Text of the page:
A healthy, vigorous queen is key to the productivity and survival of a hive. With experience and with the help of a mentor or other help offered through local bee clubs, one can learn to evaluate a queen and her brood pattern. While you have the hive open for an April inspection, consider the following queen attributes. Is the queen laying in a solid, regular pattern? Is the queen old and beginning to fail? Is she a drone layer? Is the colony preparing to swarm? If the queen needs to be replaced, April is a good month to do so. The population of an over-wintered hive also reflects the quality of a queen, and ought to be at least ten to twelve frames of bees in mid-April, certainly not less than eight. If larger, the colony may swarm in coming weeks, before the honey flow. If smaller, perhaps a combination or a boost is in order.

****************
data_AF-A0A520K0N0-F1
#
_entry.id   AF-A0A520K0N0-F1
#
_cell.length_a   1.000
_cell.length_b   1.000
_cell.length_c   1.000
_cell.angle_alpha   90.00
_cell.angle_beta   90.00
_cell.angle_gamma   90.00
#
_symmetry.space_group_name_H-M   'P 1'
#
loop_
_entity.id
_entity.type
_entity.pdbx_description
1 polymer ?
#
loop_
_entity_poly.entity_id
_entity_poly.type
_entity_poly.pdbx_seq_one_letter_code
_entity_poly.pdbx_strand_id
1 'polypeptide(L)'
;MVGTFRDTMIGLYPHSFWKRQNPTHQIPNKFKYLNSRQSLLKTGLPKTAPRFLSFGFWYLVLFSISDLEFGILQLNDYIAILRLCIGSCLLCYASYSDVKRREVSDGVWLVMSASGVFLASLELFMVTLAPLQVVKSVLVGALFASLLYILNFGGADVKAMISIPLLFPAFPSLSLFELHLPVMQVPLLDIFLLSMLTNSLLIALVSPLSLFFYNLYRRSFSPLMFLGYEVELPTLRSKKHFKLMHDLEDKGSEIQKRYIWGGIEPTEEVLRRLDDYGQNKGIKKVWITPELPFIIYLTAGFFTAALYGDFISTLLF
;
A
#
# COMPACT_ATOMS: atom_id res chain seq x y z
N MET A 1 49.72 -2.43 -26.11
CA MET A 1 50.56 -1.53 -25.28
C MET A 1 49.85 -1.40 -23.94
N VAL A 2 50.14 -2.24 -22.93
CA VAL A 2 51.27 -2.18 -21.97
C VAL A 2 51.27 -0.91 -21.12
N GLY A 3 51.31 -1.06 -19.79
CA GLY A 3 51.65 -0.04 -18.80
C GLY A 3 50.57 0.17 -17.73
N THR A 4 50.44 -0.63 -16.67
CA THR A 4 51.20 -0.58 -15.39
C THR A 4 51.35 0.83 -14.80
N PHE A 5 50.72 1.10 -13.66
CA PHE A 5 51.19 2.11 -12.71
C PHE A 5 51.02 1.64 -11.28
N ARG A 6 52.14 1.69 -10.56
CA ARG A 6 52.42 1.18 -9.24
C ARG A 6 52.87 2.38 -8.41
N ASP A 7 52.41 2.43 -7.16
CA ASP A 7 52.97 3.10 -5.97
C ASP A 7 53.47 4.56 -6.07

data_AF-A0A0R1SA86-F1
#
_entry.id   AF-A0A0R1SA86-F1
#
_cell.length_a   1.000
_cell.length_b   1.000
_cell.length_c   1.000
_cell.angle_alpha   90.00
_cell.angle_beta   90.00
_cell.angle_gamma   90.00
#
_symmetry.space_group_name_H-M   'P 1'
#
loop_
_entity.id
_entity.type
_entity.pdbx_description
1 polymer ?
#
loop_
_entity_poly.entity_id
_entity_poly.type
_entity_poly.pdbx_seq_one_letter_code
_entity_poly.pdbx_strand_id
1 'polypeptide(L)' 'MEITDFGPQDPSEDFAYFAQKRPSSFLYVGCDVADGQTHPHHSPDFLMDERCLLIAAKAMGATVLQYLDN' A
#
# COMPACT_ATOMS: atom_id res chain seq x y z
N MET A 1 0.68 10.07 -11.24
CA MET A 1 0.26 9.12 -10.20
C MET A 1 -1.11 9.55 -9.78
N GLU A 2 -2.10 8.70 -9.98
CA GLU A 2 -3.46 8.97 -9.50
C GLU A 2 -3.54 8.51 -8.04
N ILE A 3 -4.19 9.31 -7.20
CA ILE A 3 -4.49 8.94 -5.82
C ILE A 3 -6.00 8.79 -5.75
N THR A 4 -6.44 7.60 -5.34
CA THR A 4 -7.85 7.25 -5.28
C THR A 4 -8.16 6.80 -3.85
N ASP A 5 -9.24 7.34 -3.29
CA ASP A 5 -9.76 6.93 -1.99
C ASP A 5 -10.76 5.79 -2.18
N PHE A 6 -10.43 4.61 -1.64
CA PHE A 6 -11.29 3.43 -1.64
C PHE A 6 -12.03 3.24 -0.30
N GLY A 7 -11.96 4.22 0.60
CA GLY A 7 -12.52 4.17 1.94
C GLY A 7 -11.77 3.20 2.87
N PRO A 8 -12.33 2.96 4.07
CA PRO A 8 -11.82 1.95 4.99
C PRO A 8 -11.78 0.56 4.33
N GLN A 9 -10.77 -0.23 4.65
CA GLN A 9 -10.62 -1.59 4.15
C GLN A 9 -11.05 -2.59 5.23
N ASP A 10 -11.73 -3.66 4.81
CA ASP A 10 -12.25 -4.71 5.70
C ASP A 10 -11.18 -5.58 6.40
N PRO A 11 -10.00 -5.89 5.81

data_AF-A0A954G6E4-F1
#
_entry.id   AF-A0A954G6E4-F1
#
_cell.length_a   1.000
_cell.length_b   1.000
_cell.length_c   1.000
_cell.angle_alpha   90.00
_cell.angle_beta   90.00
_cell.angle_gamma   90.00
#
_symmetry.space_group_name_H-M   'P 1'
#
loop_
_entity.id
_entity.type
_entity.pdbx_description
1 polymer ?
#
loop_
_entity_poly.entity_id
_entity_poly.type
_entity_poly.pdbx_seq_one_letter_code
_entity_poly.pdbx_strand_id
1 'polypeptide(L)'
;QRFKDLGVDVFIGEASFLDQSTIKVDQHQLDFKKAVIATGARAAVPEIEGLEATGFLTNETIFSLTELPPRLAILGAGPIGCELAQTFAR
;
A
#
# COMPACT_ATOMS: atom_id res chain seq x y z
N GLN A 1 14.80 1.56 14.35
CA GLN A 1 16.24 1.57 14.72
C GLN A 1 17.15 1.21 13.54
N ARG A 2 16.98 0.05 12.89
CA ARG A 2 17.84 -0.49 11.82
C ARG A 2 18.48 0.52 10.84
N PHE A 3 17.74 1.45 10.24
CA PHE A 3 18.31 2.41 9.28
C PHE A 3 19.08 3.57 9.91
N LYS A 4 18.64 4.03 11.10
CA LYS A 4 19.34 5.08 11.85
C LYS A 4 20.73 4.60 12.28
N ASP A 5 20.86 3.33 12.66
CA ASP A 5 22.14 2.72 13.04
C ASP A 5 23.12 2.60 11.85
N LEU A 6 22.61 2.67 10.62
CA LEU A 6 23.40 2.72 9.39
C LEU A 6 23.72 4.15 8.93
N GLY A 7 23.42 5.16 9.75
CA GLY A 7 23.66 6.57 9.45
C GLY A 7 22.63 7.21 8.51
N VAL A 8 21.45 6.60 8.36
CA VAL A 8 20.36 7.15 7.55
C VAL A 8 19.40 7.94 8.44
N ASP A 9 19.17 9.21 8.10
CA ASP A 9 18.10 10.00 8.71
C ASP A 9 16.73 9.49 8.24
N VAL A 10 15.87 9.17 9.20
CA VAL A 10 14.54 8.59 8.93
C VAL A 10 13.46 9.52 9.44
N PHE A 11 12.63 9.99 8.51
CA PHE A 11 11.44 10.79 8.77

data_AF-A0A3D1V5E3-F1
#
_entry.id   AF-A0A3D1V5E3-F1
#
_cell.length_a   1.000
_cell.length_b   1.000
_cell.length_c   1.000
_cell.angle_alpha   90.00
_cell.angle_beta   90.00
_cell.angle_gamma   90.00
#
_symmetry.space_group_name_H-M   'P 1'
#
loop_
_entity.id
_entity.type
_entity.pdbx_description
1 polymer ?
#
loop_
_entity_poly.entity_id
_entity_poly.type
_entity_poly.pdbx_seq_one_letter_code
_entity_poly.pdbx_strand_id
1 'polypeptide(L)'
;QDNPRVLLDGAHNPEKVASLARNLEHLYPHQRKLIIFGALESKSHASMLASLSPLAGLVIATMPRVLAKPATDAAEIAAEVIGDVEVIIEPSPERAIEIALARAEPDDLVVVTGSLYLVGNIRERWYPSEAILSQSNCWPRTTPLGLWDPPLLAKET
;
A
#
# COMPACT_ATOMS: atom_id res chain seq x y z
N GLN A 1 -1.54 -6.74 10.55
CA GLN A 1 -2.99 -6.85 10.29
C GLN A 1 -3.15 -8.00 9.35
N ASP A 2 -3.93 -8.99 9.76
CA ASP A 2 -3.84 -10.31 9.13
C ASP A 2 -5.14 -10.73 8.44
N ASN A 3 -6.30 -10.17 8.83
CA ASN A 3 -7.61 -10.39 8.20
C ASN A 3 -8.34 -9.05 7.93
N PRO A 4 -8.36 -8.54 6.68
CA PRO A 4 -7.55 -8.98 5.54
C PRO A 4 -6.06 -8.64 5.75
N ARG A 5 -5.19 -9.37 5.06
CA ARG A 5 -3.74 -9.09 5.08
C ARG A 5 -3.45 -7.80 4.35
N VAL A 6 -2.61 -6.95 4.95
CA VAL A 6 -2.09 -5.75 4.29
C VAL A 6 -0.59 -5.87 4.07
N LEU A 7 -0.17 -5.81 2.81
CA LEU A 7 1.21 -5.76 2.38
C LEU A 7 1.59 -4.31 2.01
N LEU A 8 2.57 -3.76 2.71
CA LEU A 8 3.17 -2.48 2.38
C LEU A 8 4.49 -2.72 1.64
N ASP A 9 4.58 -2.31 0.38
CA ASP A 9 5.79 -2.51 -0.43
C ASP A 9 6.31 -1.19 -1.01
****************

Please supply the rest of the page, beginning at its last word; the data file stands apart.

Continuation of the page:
In my mind, the two notions of swarm issues and the making of increase are intertwined, so I will address them together here, since making divides can be part of your swarm control and management. Your strategy to obtain a good honey crop as well as to minimize swarming can be attained by reducing congestion in a strong hive with the aim of planning for a peak population at the start of the main honey flow in your area, usually around late May in the Willamette valley, later in cooler areas. To do this, one may remove several frames of brood with adhering bees, perhaps anywhere between two and six frames, depending on the strength of the donor or “parent” colony. Be sure not to remove the existing queen accidentally. One may make up a nuc or a single story hive, utilizing these frames, by adding a purchased queen. Alternatively, frames of bees and brood removed this way may also be used to boost the population of a weaker but queenright colony. If you observe swarm preparation while taking out frames, you may make up a divide including one or more queen cells, which should result in a mated and laying queen about three weeks later. This so-called equalizing, or balancing, of hives in your apiary is one of the best things you can do in order to reduce swarming, maximize honey production, and assist colony survival. Of the eighteen frames in your parent hive, shoot for a colony with a good older queen or a better replacement queen, ten or more frames well (75% or more) covered with bees, four to six empty frames for the queen to lay in, and at least two frames of honey. Leave the colony with the queen, some brood and some empty frames in the lower box, as the queen tends to move up over time in her egg-laying.